The main purpose of a turnip is to feed hungry people, and the hakurei, pronounced like “samurai,” turnip is no exception.
We aren’t talking about the kind of hunger when you wonder when dinner will be ready. To eat most turnips, you need a “Little House on the Prairie” during an extra-long winter level of hunger — when the carrots and onions and flour are gone and there is nothing else to eat.
Turnips are dense, nutritious and can outlast almost any other type of fresh vegetable in a non-refrigerated storage situation, but aren’t usually the tastiest root in the cellar.
Also known as the Tokyo Turnip, the hakurei was developed in the 1950s, when Japan was desperate to feed itself after being destroyed by World War II. The hakurei plant grows fast (about a month from sowing to harvest) and can handle a light frost and other forms of adversity. As a bonus, this bright white globe of a taproot has culinary properties that were previously unheard of among turnips, earning the hakurei the honorary title of the “caviar of turnips.”
But really, calling the hakurei a turnip is like calling the jalapeno a fruit. Technically true, but so what? At the same time, many classic fruit characteristics, like sweetness and juiciness, are present in the hakurei.
Hakurei translates to “esteemed companion,” a name that, like “salad turnip” is entirely appropriate. The entire plant is edible from green tip to root tip. You can do anything you want to a hakurei, or nothing.
You don’t even need to peel its delicate skin. Each bite offers a sip of sweet, buttery water, with a hint of horseradish. They are often called salad turnips — two words you rarely see in the same sentence — because while most turnips must be cooked into edibility, hakurei are completely delightful when they are completely raw. Just eat it like an extra-juicy apple with no core.
They are great in salads for many reasons, including their crisp, juicy texture and that they go very well with acid. Since they look like scallops, I like to feature hakurei turnips in a ceviche-like presentation, with a dressing and sliced onions and hot peppers, with or without actual fish.
But you can definitely cook the hakurei. Some people add them in the final half hour of roasting a chicken. The mild hint of horseradish also makes it a great accompaniment to beef.
Most of the recipes I’ve encountered for cooking these next-level turnips remind the cook to use the stems and leaves too. One involved blending cream cheese into a pot of gently boiled turnips and greens. I didn’t like the finished product that much, but the intermediate step of boiled turnips in a little bit of stock was pure, satisfying sustenance, decadent in its simplicity.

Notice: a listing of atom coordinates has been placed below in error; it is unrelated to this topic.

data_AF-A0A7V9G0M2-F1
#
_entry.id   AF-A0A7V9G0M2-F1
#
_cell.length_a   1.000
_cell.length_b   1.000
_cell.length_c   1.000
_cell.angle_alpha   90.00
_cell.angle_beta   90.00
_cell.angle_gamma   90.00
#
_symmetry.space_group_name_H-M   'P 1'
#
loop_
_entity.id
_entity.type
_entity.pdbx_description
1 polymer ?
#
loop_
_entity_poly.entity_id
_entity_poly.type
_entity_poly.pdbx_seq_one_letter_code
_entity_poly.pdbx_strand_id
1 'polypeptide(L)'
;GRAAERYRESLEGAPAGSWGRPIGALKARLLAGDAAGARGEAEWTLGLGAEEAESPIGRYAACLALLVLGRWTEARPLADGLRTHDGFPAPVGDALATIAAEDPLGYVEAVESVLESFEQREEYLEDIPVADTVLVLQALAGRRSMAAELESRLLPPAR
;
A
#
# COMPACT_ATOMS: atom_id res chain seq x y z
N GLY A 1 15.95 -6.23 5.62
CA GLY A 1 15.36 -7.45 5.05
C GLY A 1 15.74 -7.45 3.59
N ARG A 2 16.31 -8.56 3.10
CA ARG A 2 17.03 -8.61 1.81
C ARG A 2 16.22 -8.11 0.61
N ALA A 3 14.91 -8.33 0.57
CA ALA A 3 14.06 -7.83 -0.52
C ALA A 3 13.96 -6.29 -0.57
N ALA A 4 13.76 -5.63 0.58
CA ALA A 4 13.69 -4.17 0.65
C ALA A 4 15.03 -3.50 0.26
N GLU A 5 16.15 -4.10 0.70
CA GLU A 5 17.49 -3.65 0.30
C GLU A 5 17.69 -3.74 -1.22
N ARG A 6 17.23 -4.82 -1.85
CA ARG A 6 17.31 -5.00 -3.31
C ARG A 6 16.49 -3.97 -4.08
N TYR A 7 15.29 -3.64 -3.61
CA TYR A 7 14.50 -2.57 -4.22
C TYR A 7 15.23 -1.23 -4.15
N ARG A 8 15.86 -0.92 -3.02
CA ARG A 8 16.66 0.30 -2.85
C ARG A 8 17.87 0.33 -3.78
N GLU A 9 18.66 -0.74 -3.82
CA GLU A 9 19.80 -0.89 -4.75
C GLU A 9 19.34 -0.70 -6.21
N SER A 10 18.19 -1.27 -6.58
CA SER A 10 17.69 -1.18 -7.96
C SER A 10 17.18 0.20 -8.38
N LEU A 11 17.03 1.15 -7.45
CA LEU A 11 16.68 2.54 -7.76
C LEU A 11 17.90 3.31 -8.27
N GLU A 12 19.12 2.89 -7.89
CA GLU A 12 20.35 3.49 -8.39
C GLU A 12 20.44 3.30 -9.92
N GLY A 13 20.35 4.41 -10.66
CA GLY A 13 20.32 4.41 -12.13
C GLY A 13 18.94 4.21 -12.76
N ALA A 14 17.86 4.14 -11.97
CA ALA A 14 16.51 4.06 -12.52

My favorite way to cook hakurei is in a miso butter with garlic, white wine and a bit of sugar. The flavors of the hakurei and miso taste like they are made for each other, and with support from the other ingredients they create a quick, easy and glorious dish. Getting your hands on some hakurei can be the hard part. But luckily, they are fast becoming a favorite among farmers and their clients at the farmers market. And if you can’t find any, you can always plant the seeds, all summer long. With food like this at your fingertips, you won’t be hungry or malnourished.
Hakurei Turnips in Miso Butter Glaze
Salty, meaty, earthy and sweet, with umami aplenty, it’s almost impossible to eat this gentle dish with your eyes open. No matter how much you prepare, it won’t last long enough to see the inside of your Tupperware.
1 bunch of hakurei turnips – there should be 6-8 in a bunch
2 tablespoons butter
2 teaspoons sugar
1 tablespoon miso
1/4 cup vermouth or white wine
2 cloves of garlic, smashed and chopped coarsely
1 tablespoon sesame seeds
Trim the thin, spindly taproot that extends from the bottom of each turnip. Cut the stems about half an inch above the turnip and chop the stems and leaves. Cut the turnips into slices, which cook faster and absorb more glaze, or quarters, which look prettier. No need to peel them.
Boil two quarts of water with a teaspoon of salt for the greens. If you’re making soba noodles to serve it with, you can cook the greens in the leftover soba water. Either way, boil them for five minutes. Drain, plunge into a gallon or so of cold water and drain again.
Add the butter, miso, sugar and a cup of water to a pan. Turn the heat to medium and stir as it heats. When it reaches a simmer, add the vermouth and garlic and then the turnips. Allow the liquid to cook down and thicken, about 10 minutes. Season with salt, if necessary — the miso may contribute enough. Flip the pieces and turn the heat down to low so the turnips can brown but not burn. Garnish with sesame seeds and serve with soba noodles or rice.
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